This led back to the use and value point. One of the areas in which open data might have struggled is in creating an ecosystem that supports not just the publication of open data, and some use-cases, but paid work opportunities. Also, another participant suggested, “the dream of open data was that it would break down silos” and this has not happened. In the UK at least, open data may be referenced as a source of information about a sector, but it is rarely used across sectors.

Camping is great, but where is the follow-up?

This led to another discussion about community. One camper pointed out that while Open Data Camp works well, there is no Slack channel or WhatsApp group that does the same job: and no way of following up on any decisions taken at Open Data Camp and “holding people to account.” (Actually, there is a Slack channel on the website, but nobody in the session had heard of it or used it).

One participant suggested this may be cultural: in the US, it’s common to exchange telephone numbers and use social media tools: in Europe, not so much. Also, in Europe there is some suspicion of “institutionalisation”; so there is a challenge to create a community with some formal communications channels without getting too formal. Another participant suggested using Twitter: but someone else pointed out that Twitter and other social media tools have become much “less cosy” spaces than they used to be, and might not be as useful as intended.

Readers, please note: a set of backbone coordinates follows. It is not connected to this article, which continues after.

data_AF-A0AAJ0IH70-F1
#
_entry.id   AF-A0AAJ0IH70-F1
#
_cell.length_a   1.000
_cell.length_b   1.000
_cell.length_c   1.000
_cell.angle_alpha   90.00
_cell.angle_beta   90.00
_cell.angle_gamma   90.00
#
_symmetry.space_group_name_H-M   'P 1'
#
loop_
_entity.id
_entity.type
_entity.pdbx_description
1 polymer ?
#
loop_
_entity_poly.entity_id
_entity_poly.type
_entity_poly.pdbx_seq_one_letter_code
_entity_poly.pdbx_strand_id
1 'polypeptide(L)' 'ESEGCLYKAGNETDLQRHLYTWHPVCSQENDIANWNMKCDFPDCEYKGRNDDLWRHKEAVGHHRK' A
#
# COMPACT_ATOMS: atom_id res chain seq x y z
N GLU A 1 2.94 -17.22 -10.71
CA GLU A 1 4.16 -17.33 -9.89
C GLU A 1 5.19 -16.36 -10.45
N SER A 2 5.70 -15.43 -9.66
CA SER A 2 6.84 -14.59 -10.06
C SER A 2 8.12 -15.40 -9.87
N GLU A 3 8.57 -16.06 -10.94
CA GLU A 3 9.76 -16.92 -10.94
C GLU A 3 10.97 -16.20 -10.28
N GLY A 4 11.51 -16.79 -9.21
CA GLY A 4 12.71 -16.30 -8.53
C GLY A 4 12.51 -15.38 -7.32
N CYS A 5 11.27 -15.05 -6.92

Asked for their key points, campers said: open data had made some activity easier for business, but there were still issues around literacy and using tools like SPARQL. Leadership and finding people interested in open data is a challenge, although Open Data Camp is helping to keep the community together. There is a knowledge and management information problem, with some data sets missing, like Post Codes. And value is key. “We need to capture the value and put a number on it.”

[Session Notes]

2 thoughts on “ODCamp 7: Ten years of open data. What have we learned?

  1. Thanks to Tim and to Mor Rubinstein for running this session. I really enjoyed it. Also, thanks to Jez Nicholson for suggesting the retrospective format which worked really well.

    I suspect we will be equally self-critical in ten years time and that this is (usually) A Good Thing.